Warning: Spoilers ahead for Guardians of the Galaxy Vol. 3Fans and critics have applauded Guardians of the Galaxy Vol. 3, the third and final film in James Gunn’s fiery Marvel trilogy. To be sure, it’s delivered an emotional closure for our beloved posse of intergalactic misfits. Audiences were thrust into Rocket’s (Bradley Cooper) traumatic backstory as the Guardians fought diligently to save his life after a surprise attack. We also got a new, seething foe in the form of The High Evolutionary (Chukwudi Iwuji). By film’s end, Rocket is back to his old sassy self, and Quill/Star-Lord (Chris Pratt) hands over the Guardians’ leadership role to him before venturing off to reunite with his own father. Meanwhile, Gamora (Zoe Saldaña), Drax (Dave Bautista), Nebula (Karen Gillan), and Mantis (Pom Klementieff) decide to go their own ways, too.
Now what? Well, we’ll always have those yummy mid-credits, won’t we? In due time, we see Rocket presiding over a new crew, joined by Kraglin (Sean Gunn), Groot (Vin Diesel), Cosmo the Space Dog (Maria Bakalova), and the suddenly-kin Adam Warlock (Will Poulter), along with alien pet Blurp. Vol. 4, anyone?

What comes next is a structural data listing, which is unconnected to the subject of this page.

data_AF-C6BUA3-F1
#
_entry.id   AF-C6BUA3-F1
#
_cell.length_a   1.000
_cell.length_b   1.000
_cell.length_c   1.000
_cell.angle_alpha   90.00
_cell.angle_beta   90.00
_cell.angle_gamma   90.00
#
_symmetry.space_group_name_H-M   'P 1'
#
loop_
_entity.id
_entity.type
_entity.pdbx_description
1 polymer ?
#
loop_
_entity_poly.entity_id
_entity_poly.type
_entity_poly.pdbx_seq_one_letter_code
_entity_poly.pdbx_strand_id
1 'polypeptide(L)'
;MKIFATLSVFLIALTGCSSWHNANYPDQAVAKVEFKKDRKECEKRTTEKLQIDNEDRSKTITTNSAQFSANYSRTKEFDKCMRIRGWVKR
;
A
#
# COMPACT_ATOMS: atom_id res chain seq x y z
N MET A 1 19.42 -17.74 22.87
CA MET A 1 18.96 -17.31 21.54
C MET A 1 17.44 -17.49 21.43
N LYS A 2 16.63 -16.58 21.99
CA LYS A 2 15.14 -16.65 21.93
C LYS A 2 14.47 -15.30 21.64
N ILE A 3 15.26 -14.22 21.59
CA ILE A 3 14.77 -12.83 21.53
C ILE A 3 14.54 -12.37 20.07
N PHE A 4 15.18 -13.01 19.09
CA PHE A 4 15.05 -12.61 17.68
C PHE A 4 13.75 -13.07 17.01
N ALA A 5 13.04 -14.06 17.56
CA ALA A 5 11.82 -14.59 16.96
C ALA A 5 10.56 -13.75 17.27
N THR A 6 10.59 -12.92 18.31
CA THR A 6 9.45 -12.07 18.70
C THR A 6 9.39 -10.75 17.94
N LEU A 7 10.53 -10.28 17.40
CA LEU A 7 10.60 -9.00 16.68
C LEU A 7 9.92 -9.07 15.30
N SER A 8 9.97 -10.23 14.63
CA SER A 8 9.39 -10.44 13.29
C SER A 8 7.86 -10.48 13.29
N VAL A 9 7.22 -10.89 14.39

Hold that thought. Sean Gunn, who has played Kraglin in all three films — he also appeared in Thor: Love and Thunder and The Guardians of the Galaxy Holiday Special, plays a more pivotal role in Vol 3, finding himself in a position to save, well, too many souls to accurately count. Gunn, who can next be seen in the upcoming anthology film Give Me an A, shared more about the Vol 3, working alongside his director sibling, James Gunn, and the road ahead for Marvel Studios in this exclusive MovieWeb interview. Dive in.
Sean Gunn on Working with His Brother
MovieWeb: Congratulations on the film. Many people are saying it’s the best of the trilogy. What’s one of the best things about working with your brother, James Gunn?